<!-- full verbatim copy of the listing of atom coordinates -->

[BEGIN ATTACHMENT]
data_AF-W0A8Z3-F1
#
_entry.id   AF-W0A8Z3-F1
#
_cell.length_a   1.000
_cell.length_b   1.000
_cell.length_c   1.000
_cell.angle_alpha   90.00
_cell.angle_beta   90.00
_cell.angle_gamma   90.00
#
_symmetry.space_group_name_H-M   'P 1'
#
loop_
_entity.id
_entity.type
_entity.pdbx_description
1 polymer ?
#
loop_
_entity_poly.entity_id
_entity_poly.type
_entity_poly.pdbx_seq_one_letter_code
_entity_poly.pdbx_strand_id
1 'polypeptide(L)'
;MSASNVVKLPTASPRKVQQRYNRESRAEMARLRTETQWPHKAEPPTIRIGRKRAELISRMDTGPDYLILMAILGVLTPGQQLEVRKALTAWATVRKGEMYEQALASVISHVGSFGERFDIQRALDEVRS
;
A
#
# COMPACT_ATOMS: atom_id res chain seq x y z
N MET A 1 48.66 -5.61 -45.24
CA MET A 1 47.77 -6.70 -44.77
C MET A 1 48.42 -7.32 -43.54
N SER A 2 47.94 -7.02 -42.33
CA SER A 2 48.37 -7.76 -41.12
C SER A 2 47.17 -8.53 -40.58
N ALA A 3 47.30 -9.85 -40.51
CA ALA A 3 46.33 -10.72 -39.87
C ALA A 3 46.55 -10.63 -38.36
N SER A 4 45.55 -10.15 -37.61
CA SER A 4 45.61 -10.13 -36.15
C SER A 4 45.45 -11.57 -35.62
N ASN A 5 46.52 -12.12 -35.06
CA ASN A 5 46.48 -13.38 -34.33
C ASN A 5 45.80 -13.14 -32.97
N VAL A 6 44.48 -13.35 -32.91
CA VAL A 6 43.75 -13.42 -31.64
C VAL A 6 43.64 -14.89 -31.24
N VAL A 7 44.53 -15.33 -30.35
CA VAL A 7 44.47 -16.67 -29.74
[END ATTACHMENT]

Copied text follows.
data_AF-W0A8Z3-F1
#
_entry.id   AF-W0A8Z3-F1
#
_cell.length_a   1.000
_cell.length_b   1.000
_cell.length_c   1.000
_cell.angle_alpha   90.00
_cell.angle_beta   90.00
_cell.angle_gamma   90.00
#
_symmetry.space_group_name_H-M   'P 1'
#
loop_
_entity.id
_entity.type
_entity.pdbx_description
1 polymer ?
#
loop_
_entity_poly.entity_id
_entity_poly.type
_entity_poly.pdbx_seq_one_letter_code
_entity_poly.pdbx_strand_id
1 'polypeptide(L)'
;MSASNVVKLPTASPRKVQQRYNRESRAEMARLRTETQWPHKAEPPTIRIGRKRAELISRMDTGPDYLILMAILGVLTPGQQLEVRKALTAWATVRKGEMYEQALASVISHVGSFGERFDIQRALDEVRS
;
A
#
# COMPACT_ATOMS: atom_id res chain seq x y z
N MET A 1 48.66 -5.61 -45.24
CA MET A 1 47.77 -6.70 -44.77
C MET A 1 48.42 -7.32 -43.54
N SER A 2 47.94 -7.02 -42.33
CA SER A 2 48.37 -7.76 -41.12
C SER A 2 47.17 -8.53 -40.58
N ALA A 3 47.30 -9.85 -40.51
CA ALA A 3 46.33 -10.72 -39.87
C ALA A 3 46.55 -10.63 -38.36
N SER A 4 45.55 -10.15 -37.61
CA SER A 4 45.61 -10.13 -36.15
C SER A 4 45.45 -11.57 -35.62
N ASN A 5 46.52 -12.12 -35.06
CA ASN A 5 46.48 -13.38 -34.33
C ASN A 5 45.80 -13.14 -32.97
N VAL A 6 44.48 -13.35 -32.91
CA VAL A 6 43.75 -13.42 -31.64
C VAL A 6 43.64 -14.89 -31.24
N VAL A 7 44.53 -15.33 -30.35
CA VAL A 7 44.47 -16.67 -29.74